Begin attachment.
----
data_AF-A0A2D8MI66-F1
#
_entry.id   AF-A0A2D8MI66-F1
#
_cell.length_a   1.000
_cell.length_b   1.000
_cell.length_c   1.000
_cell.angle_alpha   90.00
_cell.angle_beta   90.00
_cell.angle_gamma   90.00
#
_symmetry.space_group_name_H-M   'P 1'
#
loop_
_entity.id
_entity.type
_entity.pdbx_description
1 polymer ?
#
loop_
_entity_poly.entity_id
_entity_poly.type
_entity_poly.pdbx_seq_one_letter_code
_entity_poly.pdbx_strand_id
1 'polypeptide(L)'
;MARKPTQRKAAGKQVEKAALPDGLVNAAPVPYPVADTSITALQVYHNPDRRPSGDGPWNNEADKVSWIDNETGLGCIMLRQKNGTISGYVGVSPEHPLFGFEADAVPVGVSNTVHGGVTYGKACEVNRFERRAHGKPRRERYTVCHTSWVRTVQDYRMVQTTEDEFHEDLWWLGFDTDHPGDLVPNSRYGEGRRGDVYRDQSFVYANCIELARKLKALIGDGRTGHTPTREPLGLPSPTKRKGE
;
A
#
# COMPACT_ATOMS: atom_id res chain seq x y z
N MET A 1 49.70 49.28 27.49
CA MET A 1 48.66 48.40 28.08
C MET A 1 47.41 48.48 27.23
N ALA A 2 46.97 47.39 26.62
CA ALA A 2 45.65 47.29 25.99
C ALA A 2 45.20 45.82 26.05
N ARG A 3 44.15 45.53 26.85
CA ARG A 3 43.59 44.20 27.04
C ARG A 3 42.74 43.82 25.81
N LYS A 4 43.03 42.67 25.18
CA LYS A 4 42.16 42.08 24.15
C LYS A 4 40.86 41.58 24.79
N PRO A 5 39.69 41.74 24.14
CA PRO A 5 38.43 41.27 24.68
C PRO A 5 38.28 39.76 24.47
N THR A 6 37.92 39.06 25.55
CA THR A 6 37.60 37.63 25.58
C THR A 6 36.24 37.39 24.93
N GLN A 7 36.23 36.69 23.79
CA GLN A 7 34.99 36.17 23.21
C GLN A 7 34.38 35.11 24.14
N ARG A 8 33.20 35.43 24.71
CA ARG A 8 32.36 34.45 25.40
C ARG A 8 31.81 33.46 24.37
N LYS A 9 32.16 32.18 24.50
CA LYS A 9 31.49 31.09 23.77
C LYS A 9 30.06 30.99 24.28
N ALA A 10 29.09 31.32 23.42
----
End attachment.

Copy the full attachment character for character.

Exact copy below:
data_AF-A0A2D8MI66-F1
#
_entry.id   AF-A0A2D8MI66-F1
#
_cell.length_a   1.000
_cell.length_b   1.000
_cell.length_c   1.000
_cell.angle_alpha   90.00
_cell.angle_beta   90.00
_cell.angle_gamma   90.00
#
_symmetry.space_group_name_H-M   'P 1'
#
loop_
_entity.id
_entity.type
_entity.pdbx_description
1 polymer ?
#
loop_
_entity_poly.entity_id
_entity_poly.type
_entity_poly.pdbx_seq_one_letter_code
_entity_poly.pdbx_strand_id
1 'polypeptide(L)'
;MARKPTQRKAAGKQVEKAALPDGLVNAAPVPYPVADTSITALQVYHNPDRRPSGDGPWNNEADKVSWIDNETGLGCIMLRQKNGTISGYVGVSPEHPLFGFEADAVPVGVSNTVHGGVTYGKACEVNRFERRAHGKPRRERYTVCHTSWVRTVQDYRMVQTTEDEFHEDLWWLGFDTDHPGDLVPNSRYGEGRRGDVYRDQSFVYANCIELARKLKALIGDGRTGHTPTREPLGLPSPTKRKGE
;
A
#
# COMPACT_ATOMS: atom_id res chain seq x y z
N MET A 1 49.70 49.28 27.49
CA MET A 1 48.66 48.40 28.08
C MET A 1 47.41 48.48 27.23
N ALA A 2 46.97 47.39 26.62
CA ALA A 2 45.65 47.29 25.99
C ALA A 2 45.20 45.82 26.05
N ARG A 3 44.15 45.53 26.85
CA ARG A 3 43.59 44.20 27.04
C ARG A 3 42.74 43.82 25.81
N LYS A 4 43.03 42.67 25.18
CA LYS A 4 42.16 42.08 24.15
C LYS A 4 40.86 41.58 24.79
N PRO A 5 39.69 41.74 24.14
CA PRO A 5 38.43 41.27 24.68
C PRO A 5 38.28 39.76 24.47
N THR A 6 37.92 39.06 25.55
CA THR A 6 37.60 37.63 25.58
C THR A 6 36.24 37.39 24.93
N GLN A 7 36.23 36.69 23.79
CA GLN A 7 34.99 36.17 23.21
C GLN A 7 34.38 35.11 24.14
N ARG A 8 33.20 35.43 24.71
CA ARG A 8 32.36 34.45 25.40
C ARG A 8 31.81 33.46 24.37
N LYS A 9 32.16 32.18 24.50
CA LYS A 9 31.49 31.09 23.77
C LYS A 9 30.06 30.99 24.28
N ALA A 10 29.09 31.32 23.42